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Bayesian spatiotemporal analysis of socio-ecologic drivers of Ross River virus transmission in Queensland, Australia

Hu, W; Williams, Gail; Tong, S; Mengersen, Kerrie; Clements, Archie

Description

This study aims to examine the impact of socio-ecologic factors on the transmission of Ross River virus (RRV) infection and to identify areas prone to social and ecologic-driven epidemics in Queensland, Australia. We used a Bayesian spatiotemporal conditional autoregressive model to quantify the relationship between monthly variation of RRV incidence and socio-ecologic factors and to determine spatiotemporal patterns. Our results show that the average increase in monthly RRV incidence was 2.4%...[Show more]

dc.contributor.authorHu, W
dc.contributor.authorWilliams, Gail
dc.contributor.authorTong, S
dc.contributor.authorMengersen, Kerrie
dc.contributor.authorClements, Archie
dc.date.accessioned2015-12-13T22:28:57Z
dc.identifier.issn0002-9637
dc.identifier.urihttp://hdl.handle.net/1885/74444
dc.description.abstractThis study aims to examine the impact of socio-ecologic factors on the transmission of Ross River virus (RRV) infection and to identify areas prone to social and ecologic-driven epidemics in Queensland, Australia. We used a Bayesian spatiotemporal conditional autoregressive model to quantify the relationship between monthly variation of RRV incidence and socio-ecologic factors and to determine spatiotemporal patterns. Our results show that the average increase in monthly RRV incidence was 2.4% (95% credible interval (CrI): 0.1-4.5%) and 2.0% (95% CrI: 1.6-2.3%) for a 1°C increase in monthly average maximum temperature and a 10 mm increase in monthly average rainfall, respectively. A significant spatiotemporal variation and interactive effect between temperature and rainfall on RRV incidence were found. No association between Socio-economic Index for Areas (SEIFA) and RRV was observed. The transmission of RRV in Queensland, Australia appeared to be primarily driven by ecologic variables rather than social factors.
dc.publisherAmerican Society of Tropical Medicine and Hygiene
dc.sourceAmerican Journal of Tropical Medicine and Hygiene
dc.subjectKeywords: rain; article; Australia; Bayes theorem; human; humidity; morbidity; oscillation; Ross River alpha virus; sea level; seasonal variation; socioeconomics; temperature sensitivity; virus infection; virus transmission; weather; Australia; Bayes theorem; disea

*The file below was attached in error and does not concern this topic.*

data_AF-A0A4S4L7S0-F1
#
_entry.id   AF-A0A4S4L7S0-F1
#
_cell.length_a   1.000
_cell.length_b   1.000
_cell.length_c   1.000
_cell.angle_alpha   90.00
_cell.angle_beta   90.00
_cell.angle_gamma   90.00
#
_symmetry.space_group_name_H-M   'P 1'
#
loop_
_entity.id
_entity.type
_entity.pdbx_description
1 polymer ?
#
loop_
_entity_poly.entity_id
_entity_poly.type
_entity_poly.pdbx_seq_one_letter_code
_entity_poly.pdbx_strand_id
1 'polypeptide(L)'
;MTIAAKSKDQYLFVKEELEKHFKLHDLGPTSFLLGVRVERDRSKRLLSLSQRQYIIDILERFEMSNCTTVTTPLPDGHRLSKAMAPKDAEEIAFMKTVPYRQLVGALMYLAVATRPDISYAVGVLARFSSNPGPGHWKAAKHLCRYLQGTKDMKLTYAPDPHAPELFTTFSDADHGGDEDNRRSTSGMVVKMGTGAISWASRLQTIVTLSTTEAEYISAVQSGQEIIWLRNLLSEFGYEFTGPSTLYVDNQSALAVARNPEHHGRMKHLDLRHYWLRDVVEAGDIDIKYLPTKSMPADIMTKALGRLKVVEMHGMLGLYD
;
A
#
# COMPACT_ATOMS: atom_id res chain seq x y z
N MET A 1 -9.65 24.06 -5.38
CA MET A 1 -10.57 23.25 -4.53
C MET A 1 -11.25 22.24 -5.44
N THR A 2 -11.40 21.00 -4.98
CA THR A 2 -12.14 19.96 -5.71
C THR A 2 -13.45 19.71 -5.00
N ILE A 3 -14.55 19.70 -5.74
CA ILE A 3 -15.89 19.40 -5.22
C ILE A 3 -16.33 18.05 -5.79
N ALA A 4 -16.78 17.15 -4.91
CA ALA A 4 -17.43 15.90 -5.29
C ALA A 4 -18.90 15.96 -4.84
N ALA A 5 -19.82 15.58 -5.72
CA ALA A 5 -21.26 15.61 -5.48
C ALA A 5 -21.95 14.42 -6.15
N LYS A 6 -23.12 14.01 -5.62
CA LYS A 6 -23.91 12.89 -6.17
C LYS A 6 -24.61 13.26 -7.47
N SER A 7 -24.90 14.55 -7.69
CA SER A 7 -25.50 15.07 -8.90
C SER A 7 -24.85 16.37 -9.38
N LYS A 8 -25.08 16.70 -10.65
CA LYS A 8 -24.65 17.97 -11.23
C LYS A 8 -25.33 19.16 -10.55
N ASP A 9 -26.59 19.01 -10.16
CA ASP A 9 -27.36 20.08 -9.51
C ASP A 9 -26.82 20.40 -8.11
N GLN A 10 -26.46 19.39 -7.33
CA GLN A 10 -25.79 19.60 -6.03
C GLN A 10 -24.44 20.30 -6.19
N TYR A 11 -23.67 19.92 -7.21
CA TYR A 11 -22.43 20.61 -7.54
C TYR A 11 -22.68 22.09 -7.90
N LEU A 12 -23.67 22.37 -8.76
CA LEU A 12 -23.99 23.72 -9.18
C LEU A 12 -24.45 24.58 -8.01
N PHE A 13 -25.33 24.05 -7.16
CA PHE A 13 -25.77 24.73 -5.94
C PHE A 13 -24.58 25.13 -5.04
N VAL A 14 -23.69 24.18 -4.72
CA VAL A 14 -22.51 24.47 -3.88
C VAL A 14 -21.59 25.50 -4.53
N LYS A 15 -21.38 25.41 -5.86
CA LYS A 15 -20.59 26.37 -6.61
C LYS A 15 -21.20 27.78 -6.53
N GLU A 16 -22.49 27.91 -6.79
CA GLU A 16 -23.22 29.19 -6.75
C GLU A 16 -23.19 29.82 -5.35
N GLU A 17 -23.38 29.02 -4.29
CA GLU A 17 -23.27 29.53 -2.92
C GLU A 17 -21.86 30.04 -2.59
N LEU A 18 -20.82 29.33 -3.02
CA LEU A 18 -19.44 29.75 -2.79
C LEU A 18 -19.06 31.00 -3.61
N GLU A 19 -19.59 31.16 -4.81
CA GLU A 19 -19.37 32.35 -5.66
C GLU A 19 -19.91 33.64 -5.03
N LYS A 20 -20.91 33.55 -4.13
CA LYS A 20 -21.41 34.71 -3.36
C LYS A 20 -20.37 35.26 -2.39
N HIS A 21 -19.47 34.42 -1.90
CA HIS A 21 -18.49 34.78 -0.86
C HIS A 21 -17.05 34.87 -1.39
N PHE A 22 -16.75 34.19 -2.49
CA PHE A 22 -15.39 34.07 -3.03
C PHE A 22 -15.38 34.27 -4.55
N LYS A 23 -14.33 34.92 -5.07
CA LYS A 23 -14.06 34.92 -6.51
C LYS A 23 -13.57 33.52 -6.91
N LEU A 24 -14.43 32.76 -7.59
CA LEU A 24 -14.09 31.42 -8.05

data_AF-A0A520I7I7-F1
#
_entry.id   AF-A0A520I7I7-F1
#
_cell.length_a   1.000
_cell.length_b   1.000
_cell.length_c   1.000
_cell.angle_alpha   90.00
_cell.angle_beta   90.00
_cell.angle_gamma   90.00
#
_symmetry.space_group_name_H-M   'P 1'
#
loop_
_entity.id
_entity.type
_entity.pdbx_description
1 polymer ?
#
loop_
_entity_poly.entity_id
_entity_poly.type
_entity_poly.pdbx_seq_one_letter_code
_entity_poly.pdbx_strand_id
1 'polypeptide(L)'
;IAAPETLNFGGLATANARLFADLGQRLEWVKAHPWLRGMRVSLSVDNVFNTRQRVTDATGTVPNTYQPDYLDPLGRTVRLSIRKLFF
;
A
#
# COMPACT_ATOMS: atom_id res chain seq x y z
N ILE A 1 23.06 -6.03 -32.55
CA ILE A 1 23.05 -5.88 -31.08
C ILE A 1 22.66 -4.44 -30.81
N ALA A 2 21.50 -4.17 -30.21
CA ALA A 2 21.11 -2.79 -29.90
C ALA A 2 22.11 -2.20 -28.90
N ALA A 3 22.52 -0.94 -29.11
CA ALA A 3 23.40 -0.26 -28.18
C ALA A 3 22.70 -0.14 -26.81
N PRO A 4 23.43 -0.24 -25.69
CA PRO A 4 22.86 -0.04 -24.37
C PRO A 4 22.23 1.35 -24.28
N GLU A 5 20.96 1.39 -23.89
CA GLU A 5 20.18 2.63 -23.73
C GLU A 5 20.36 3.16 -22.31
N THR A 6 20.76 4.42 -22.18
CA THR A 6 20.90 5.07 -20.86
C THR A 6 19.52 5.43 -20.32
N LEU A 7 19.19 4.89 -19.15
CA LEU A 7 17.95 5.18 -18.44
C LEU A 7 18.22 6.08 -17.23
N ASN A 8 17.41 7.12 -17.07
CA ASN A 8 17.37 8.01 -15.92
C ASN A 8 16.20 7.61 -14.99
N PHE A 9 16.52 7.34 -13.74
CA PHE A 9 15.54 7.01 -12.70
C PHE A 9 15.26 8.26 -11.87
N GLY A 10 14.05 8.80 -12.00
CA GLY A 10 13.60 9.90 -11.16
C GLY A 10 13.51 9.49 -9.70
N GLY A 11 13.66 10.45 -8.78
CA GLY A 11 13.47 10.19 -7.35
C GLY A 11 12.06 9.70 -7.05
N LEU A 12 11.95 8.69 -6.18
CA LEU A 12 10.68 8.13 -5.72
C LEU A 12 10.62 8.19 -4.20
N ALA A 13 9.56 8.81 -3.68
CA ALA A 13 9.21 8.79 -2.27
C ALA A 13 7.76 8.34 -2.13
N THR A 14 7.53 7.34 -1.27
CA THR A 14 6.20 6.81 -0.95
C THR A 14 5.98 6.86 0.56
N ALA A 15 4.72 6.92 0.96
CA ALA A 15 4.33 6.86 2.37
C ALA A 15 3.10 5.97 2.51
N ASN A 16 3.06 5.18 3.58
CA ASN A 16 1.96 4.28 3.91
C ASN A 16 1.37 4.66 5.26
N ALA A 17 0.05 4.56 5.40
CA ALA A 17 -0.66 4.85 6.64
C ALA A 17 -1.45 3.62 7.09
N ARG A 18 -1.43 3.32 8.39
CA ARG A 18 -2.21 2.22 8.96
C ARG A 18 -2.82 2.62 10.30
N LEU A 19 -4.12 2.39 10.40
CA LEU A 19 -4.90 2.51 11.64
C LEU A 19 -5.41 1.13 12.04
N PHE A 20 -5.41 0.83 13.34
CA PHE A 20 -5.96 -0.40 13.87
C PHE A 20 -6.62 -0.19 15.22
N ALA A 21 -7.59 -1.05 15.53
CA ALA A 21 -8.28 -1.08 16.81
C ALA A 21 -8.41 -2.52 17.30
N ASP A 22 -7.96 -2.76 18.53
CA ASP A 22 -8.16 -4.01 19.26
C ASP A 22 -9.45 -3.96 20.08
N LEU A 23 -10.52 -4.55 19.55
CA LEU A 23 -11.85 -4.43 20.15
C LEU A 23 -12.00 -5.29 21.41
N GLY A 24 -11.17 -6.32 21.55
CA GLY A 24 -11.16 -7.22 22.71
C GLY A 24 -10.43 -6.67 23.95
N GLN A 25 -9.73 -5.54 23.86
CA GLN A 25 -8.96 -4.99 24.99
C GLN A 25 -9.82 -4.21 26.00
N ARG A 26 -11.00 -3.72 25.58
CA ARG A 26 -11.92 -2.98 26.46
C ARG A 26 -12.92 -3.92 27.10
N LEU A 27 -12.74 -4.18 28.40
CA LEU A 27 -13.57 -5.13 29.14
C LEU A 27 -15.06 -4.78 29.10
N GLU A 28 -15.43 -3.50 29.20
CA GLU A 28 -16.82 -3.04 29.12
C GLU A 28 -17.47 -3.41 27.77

dc.titleBayesian spatiotemporal analysis of socio-ecologic drivers of Ross River virus transmission in Queensland, Australia
dc.typeJournal article
local.description.notesImported from ARIES
local.identifier.citationvolume83
dc.date.issued2010
local.identifier.absfor111706 - Epidemiology
local.identifier.ariespublicationU3488905xPUB4126
local.type.statusPublished Version
local.contributor.affiliationHu, W, The University of Queensland
local.contributor.affiliationClements, Archie, College of Medicine, Biology and Environment, ANU
local.contributor.affiliationWilliams, Gail, University of Queensland
local.contributor.affiliationTong, S, Queensland University of Technology
local.contributor.affiliationMengersen, Kerrie, Queensland University of Technology
local.description.embargo2037-12-31
local.bibliographicCitation.issue3
local.bibliographicCitation.startpage722
local.bibliographicCitation.lastpage728
local.identifier.doi10.4269/ajtmh.2010.09-0551
local.identifier.absseo920404 - Disease Distribution and Transmission (incl. Surveillance and Response)
dc.date.updated2016-02-24T10:05:38Z
local.identifier.scopusID2-s2.0-77957039744
CollectionsANU Research Publications

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